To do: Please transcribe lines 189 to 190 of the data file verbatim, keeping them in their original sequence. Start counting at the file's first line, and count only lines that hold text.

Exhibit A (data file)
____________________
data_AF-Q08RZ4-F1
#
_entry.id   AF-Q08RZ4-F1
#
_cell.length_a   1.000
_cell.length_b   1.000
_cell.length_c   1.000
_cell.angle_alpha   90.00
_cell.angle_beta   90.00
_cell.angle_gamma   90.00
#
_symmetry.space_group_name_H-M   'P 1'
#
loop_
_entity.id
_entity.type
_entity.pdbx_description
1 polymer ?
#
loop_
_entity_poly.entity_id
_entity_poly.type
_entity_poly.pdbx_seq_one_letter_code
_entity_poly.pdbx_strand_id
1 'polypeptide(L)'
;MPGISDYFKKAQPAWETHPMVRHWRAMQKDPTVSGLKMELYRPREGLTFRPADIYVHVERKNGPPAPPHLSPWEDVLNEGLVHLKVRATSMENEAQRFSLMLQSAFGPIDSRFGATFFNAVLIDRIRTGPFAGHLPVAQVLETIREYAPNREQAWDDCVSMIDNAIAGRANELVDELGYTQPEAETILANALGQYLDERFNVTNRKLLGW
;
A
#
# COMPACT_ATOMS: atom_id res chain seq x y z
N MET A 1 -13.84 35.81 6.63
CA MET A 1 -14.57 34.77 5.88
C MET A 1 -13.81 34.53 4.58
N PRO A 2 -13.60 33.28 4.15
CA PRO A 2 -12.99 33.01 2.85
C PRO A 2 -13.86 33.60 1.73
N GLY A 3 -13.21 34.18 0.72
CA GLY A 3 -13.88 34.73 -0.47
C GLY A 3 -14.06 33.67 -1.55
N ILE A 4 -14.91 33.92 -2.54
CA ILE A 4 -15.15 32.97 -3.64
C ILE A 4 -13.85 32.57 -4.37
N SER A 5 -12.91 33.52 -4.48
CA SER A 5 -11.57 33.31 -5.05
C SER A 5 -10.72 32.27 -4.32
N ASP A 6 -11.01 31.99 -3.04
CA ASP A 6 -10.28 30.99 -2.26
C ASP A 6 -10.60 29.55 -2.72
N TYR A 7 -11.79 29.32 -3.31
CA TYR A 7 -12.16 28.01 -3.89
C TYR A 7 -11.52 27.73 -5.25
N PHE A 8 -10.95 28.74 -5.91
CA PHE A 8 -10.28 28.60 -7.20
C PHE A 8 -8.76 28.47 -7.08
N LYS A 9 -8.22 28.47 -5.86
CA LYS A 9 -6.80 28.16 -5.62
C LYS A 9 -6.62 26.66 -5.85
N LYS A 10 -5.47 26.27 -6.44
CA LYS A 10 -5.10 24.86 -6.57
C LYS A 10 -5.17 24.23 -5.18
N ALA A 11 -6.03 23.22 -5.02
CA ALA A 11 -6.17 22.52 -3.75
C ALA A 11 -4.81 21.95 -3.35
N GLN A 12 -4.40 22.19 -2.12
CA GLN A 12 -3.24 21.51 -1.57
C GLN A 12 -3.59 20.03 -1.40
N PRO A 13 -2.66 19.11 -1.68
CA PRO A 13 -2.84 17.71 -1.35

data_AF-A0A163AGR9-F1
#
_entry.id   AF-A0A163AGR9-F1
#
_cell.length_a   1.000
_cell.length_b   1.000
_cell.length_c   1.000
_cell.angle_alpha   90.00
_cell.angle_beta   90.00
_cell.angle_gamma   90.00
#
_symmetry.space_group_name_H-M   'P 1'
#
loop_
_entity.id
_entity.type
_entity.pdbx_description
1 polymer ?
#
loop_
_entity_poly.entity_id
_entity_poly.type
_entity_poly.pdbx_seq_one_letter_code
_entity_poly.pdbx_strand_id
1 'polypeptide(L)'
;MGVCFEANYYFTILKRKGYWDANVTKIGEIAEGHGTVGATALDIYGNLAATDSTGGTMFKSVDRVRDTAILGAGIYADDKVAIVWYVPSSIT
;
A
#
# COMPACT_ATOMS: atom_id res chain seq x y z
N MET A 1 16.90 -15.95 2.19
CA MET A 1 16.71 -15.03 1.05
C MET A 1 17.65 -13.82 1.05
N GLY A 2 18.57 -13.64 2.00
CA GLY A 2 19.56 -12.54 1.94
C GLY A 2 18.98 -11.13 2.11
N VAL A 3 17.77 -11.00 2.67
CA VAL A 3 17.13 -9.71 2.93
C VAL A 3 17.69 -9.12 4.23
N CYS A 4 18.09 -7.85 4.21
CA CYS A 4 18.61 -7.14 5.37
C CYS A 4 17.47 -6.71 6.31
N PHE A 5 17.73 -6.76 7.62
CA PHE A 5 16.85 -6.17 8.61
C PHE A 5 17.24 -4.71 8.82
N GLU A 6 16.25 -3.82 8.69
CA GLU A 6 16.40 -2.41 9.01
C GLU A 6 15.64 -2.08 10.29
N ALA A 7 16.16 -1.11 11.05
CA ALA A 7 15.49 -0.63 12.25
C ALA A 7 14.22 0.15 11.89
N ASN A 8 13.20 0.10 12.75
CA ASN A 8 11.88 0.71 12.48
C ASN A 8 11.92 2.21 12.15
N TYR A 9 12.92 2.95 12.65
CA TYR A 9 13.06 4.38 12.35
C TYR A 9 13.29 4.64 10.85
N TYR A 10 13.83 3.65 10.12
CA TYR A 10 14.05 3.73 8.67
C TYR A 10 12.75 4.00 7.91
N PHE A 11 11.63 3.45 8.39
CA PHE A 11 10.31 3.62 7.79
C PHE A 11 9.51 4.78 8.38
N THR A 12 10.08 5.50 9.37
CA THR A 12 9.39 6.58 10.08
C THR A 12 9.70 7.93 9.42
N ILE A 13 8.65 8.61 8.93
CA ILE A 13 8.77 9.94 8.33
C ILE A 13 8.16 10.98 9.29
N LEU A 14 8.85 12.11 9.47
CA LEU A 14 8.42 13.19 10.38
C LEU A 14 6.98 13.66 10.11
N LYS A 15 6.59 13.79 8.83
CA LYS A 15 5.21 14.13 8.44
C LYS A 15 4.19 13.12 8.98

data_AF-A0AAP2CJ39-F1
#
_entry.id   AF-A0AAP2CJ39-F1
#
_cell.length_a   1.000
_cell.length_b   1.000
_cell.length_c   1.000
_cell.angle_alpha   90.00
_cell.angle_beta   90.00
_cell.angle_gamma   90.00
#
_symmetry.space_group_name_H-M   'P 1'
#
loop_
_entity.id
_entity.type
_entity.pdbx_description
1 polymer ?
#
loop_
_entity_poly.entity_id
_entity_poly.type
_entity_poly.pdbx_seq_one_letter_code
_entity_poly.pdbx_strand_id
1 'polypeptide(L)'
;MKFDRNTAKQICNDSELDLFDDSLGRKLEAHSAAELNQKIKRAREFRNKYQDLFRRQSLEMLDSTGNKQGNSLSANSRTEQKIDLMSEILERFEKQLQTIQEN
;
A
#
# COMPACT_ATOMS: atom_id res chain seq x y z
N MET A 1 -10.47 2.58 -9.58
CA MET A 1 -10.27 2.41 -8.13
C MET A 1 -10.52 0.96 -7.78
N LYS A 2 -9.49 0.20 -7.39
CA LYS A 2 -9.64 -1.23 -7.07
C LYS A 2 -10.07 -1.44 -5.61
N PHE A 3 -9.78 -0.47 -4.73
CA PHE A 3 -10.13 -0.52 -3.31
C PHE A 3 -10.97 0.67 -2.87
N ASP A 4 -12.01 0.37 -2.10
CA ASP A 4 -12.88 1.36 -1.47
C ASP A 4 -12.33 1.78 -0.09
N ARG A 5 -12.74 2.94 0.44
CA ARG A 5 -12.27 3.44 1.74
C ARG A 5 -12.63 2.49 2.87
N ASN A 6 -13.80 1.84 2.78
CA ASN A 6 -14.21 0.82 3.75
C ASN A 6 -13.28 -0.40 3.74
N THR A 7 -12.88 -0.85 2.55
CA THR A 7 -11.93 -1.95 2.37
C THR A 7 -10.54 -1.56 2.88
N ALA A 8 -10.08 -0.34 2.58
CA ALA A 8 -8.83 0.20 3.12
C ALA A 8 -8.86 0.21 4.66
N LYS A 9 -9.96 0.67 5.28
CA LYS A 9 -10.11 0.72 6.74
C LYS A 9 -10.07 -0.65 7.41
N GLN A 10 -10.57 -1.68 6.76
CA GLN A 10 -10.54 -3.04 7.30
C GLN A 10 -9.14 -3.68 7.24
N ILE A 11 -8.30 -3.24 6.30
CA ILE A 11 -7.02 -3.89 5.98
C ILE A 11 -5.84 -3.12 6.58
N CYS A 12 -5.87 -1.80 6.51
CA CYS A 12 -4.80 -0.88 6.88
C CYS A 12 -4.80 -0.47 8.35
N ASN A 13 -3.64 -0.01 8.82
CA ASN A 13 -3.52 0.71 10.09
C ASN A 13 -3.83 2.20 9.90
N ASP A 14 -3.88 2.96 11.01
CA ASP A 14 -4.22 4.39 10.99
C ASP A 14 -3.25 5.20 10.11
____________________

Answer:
N ASN A 6 -13.80 1.84 2.78
CA ASN A 6 -14.21 0.82 3.75